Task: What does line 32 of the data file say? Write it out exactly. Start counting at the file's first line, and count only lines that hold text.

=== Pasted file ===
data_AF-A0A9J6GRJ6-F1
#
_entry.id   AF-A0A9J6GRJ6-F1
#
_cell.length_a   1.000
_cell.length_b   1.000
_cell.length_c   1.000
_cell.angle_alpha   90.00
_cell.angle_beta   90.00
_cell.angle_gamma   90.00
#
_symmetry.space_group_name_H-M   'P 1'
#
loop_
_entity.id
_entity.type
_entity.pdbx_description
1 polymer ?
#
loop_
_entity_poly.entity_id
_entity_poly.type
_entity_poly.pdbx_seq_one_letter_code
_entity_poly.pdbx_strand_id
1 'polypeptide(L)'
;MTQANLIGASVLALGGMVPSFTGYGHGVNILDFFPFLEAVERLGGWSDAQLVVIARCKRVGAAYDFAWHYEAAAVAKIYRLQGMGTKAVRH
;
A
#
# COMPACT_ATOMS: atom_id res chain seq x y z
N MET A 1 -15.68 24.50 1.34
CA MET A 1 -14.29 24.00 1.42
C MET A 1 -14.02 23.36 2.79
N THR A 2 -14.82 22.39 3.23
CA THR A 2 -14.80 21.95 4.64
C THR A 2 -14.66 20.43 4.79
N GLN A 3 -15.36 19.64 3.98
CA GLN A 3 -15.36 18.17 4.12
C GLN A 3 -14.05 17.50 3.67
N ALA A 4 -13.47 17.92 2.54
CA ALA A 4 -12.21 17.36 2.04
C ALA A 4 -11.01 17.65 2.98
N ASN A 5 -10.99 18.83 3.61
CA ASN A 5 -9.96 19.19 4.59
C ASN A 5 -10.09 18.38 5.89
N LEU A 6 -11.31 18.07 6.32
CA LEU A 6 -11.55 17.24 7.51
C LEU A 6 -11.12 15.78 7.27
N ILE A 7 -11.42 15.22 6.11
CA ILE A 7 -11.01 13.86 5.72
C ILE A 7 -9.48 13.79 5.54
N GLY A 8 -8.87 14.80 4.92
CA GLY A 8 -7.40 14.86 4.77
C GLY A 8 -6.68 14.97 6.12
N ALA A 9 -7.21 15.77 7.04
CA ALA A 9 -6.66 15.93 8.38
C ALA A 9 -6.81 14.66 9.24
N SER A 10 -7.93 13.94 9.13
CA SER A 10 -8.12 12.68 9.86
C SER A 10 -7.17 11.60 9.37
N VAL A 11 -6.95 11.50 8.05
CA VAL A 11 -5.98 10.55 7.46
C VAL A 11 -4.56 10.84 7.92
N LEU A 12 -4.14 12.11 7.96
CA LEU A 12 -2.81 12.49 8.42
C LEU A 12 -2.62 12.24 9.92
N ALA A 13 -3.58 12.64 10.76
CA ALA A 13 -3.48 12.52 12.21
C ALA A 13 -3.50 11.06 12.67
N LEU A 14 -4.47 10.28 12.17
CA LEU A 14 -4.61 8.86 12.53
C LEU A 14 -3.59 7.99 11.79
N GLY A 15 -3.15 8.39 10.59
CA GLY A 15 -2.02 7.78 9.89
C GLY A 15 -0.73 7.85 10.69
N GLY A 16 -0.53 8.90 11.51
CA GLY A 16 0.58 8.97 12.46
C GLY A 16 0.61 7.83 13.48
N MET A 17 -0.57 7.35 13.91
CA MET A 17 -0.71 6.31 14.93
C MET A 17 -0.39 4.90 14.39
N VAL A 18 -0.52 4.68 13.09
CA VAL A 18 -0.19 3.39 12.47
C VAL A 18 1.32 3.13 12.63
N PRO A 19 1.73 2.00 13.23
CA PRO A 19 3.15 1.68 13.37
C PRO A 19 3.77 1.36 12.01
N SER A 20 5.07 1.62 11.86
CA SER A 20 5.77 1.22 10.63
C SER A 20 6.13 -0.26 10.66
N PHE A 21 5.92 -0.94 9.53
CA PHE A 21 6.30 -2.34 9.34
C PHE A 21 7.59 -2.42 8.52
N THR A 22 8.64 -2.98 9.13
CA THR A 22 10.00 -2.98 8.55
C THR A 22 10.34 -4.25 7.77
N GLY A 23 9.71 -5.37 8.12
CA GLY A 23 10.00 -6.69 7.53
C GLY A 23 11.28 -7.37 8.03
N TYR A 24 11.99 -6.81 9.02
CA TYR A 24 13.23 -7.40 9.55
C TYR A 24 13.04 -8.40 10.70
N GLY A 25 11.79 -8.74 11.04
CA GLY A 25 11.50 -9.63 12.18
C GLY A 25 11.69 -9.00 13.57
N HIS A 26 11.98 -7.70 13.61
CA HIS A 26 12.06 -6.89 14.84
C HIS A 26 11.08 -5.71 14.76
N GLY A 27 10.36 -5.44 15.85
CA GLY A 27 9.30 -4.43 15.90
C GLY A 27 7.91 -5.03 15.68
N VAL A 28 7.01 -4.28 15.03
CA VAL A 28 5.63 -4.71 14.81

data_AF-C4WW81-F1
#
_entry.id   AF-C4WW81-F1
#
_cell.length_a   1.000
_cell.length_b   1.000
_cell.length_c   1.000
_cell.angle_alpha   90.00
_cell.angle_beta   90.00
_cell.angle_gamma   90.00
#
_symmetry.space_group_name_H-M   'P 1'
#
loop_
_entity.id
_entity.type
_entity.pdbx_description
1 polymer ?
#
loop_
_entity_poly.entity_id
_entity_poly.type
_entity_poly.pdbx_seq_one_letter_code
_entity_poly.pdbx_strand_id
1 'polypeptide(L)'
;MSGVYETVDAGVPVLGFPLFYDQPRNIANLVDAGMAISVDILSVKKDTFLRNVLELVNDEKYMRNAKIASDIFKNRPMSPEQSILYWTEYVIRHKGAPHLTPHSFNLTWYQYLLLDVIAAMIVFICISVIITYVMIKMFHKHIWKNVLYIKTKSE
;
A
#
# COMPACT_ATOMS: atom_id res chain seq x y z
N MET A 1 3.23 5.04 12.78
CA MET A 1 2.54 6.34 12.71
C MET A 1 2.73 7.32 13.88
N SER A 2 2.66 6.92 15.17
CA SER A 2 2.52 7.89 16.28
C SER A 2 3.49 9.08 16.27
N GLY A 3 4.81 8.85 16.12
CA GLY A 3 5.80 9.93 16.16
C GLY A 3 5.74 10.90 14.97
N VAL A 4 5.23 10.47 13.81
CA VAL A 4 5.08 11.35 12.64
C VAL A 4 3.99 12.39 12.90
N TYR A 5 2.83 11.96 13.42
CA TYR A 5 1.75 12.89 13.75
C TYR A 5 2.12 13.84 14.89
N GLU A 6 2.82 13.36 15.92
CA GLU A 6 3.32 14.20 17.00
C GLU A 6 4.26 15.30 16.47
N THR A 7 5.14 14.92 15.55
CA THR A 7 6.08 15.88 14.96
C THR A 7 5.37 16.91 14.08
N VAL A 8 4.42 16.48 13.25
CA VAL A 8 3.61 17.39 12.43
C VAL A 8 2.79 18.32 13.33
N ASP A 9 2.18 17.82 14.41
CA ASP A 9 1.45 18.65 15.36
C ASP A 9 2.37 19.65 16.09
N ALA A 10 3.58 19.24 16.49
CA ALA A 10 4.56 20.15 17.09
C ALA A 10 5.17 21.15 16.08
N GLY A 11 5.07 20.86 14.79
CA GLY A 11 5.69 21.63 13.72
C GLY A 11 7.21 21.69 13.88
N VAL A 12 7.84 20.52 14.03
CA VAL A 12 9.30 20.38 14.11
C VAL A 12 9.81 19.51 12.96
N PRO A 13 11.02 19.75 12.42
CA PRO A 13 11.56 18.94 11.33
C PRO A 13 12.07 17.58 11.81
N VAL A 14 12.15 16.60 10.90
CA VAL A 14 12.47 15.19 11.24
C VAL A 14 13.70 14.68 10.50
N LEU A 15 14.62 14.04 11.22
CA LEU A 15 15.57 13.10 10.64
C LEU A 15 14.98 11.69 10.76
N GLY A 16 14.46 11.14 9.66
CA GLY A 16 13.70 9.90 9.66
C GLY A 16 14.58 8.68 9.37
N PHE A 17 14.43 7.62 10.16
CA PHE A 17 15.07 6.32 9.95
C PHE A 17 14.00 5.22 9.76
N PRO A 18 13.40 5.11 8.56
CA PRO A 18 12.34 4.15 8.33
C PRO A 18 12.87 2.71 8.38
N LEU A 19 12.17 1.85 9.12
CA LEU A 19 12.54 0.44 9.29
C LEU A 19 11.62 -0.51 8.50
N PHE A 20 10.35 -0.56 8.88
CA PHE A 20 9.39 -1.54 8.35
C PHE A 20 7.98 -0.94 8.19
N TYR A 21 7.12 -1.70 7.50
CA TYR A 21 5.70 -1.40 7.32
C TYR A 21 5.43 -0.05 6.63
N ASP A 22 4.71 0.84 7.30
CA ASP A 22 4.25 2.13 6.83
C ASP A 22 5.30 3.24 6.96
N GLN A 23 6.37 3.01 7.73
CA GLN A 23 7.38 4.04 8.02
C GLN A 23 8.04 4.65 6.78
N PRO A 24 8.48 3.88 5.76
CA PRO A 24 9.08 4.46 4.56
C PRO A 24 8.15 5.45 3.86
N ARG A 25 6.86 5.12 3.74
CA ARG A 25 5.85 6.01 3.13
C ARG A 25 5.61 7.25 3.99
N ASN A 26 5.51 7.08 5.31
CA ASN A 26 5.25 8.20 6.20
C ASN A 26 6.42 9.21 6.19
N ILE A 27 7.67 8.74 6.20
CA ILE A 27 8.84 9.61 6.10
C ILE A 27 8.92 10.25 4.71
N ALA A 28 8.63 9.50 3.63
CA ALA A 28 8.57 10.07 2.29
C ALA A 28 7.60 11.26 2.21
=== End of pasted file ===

CA MET A 1 -14.29 24.00 1.42